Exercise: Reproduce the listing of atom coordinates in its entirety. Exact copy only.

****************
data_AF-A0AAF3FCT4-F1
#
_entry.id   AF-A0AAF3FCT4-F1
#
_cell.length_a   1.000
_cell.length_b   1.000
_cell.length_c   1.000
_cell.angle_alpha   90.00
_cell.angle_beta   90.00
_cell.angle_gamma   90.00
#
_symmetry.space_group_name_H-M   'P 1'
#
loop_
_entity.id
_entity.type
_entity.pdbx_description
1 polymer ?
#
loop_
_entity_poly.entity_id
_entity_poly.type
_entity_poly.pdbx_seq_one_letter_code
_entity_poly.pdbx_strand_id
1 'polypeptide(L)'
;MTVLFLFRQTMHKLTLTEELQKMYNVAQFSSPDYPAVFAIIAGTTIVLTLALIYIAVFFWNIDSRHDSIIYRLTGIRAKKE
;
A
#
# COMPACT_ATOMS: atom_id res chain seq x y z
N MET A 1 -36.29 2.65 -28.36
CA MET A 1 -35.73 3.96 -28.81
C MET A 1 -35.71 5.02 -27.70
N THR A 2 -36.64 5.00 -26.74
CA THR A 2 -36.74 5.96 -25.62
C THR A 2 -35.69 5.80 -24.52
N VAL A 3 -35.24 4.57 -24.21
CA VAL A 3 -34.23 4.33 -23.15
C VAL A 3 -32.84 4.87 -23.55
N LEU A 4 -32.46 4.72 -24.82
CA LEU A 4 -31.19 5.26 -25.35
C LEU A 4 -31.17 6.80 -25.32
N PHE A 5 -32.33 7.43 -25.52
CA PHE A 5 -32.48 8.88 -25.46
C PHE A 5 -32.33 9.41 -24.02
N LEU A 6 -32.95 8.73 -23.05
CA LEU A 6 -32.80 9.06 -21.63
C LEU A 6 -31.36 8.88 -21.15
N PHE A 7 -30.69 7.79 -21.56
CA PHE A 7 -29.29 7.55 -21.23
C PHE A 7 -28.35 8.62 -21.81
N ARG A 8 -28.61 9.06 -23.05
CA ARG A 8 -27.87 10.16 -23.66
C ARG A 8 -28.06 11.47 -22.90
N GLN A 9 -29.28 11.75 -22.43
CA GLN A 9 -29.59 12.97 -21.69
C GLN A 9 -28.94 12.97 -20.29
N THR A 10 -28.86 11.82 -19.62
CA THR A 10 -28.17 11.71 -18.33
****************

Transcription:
data_AF-A0AAF3FCT4-F1
#
_entry.id   AF-A0AAF3FCT4-F1
#
_cell.length_a   1.000
_cell.length_b   1.000
_cell.length_c   1.000
_cell.angle_alpha   90.00
_cell.angle_beta   90.00
_cell.angle_gamma   90.00
#
_symmetry.space_group_name_H-M   'P 1'
#
loop_
_entity.id
_entity.type
_entity.pdbx_description
1 polymer ?
#
loop_
_entity_poly.entity_id
_entity_poly.type
_entity_poly.pdbx_seq_one_letter_code
_entity_poly.pdbx_strand_id
1 'polypeptide(L)'
;MTVLFLFRQTMHKLTLTEELQKMYNVAQFSSPDYPAVFAIIAGTTIVLTLALIYIAVFFWNIDSRHDSIIYRLTGIRAKKE
;
A
#
# COMPACT_ATOMS: atom_id res chain seq x y z
N MET A 1 -36.29 2.65 -28.36
CA MET A 1 -35.73 3.96 -28.81
C MET A 1 -35.71 5.02 -27.70
N THR A 2 -36.64 5.00 -26.74
CA THR A 2 -36.74 5.96 -25.62
C THR A 2 -35.69 5.80 -24.52
N VAL A 3 -35.24 4.57 -24.21
CA VAL A 3 -34.23 4.33 -23.15
C VAL A 3 -32.84 4.87 -23.55
N LEU A 4 -32.46 4.72 -24.82
CA LEU A 4 -31.19 5.26 -25.35
C LEU A 4 -31.17 6.80 -25.32
N PHE A 5 -32.33 7.43 -25.52
CA PHE A 5 -32.48 8.88 -25.46
C PHE A 5 -32.33 9.41 -24.02
N LEU A 6 -32.95 8.73 -23.05
CA LEU A 6 -32.80 9.06 -21.63
C LEU A 6 -31.36 8.88 -21.15
N PHE A 7 -30.69 7.79 -21.56
CA PHE A 7 -29.29 7.55 -21.23
C PHE A 7 -28.35 8.62 -21.81
N ARG A 8 -28.61 9.06 -23.05
CA ARG A 8 -27.87 10.16 -23.66
C ARG A 8 -28.06 11.47 -22.90
N GLN A 9 -29.28 11.75 -22.43
CA GLN A 9 -29.59 12.97 -21.69
C GLN A 9 -28.94 12.97 -20.29
N THR A 10 -28.86 11.82 -19.62
CA THR A 10 -28.17 11.71 -18.33